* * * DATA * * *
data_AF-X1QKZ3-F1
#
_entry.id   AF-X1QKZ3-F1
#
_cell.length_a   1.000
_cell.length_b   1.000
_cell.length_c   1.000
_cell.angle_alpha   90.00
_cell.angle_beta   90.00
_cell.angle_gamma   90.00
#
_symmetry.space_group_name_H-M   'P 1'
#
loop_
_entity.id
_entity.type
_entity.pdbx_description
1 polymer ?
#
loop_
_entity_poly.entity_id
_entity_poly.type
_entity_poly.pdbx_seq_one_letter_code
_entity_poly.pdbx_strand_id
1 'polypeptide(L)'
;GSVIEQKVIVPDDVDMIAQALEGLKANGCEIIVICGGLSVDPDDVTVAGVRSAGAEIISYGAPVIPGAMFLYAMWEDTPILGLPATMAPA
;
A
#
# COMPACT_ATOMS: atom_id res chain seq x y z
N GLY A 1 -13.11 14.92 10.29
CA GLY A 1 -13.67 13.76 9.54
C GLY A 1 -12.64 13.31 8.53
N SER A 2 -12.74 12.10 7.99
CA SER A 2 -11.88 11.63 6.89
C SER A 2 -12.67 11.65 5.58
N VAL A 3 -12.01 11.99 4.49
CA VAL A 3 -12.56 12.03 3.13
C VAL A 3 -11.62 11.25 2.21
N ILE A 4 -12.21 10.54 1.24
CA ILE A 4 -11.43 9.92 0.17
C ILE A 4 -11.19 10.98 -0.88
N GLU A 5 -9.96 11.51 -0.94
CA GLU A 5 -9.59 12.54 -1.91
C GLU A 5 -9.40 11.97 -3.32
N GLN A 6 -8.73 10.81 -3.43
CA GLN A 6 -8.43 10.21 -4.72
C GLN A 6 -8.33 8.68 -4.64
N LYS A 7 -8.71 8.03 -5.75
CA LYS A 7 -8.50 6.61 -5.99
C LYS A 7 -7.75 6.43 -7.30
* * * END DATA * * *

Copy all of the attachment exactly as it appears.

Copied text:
data_AF-X1QKZ3-F1
#
_entry.id   AF-X1QKZ3-F1
#
_cell.length_a   1.000
_cell.length_b   1.000
_cell.length_c   1.000
_cell.angle_alpha   90.00
_cell.angle_beta   90.00
_cell.angle_gamma   90.00
#
_symmetry.space_group_name_H-M   'P 1'
#
loop_
_entity.id
_entity.type
_entity.pdbx_description
1 polymer ?
#
loop_
_entity_poly.entity_id
_entity_poly.type
_entity_poly.pdbx_seq_one_letter_code
_entity_poly.pdbx_strand_id
1 'polypeptide(L)'
;GSVIEQKVIVPDDVDMIAQALEGLKANGCEIIVICGGLSVDPDDVTVAGVRSAGAEIISYGAPVIPGAMFLYAMWEDTPILGLPATMAPA
;
A
#
# COMPACT_ATOMS: atom_id res chain seq x y z
N GLY A 1 -13.11 14.92 10.29
CA GLY A 1 -13.67 13.76 9.54
C GLY A 1 -12.64 13.31 8.53
N SER A 2 -12.74 12.10 7.99
CA SER A 2 -11.88 11.63 6.89
C SER A 2 -12.67 11.65 5.58
N VAL A 3 -12.01 11.99 4.49
CA VAL A 3 -12.56 12.03 3.13
C VAL A 3 -11.62 11.25 2.21
N ILE A 4 -12.21 10.54 1.24
CA ILE A 4 -11.43 9.92 0.17
C ILE A 4 -11.19 10.98 -0.88
N GLU A 5 -9.96 11.51 -0.94
CA GLU A 5 -9.59 12.54 -1.91
C GLU A 5 -9.40 11.97 -3.32
N GLN A 6 -8.73 10.81 -3.43
CA GLN A 6 -8.43 10.21 -4.72
C GLN A 6 -8.33 8.68 -4.64
N LYS A 7 -8.71 8.03 -5.75
CA LYS A 7 -8.50 6.61 -5.99
C LYS A 7 -7.75 6.43 -7.30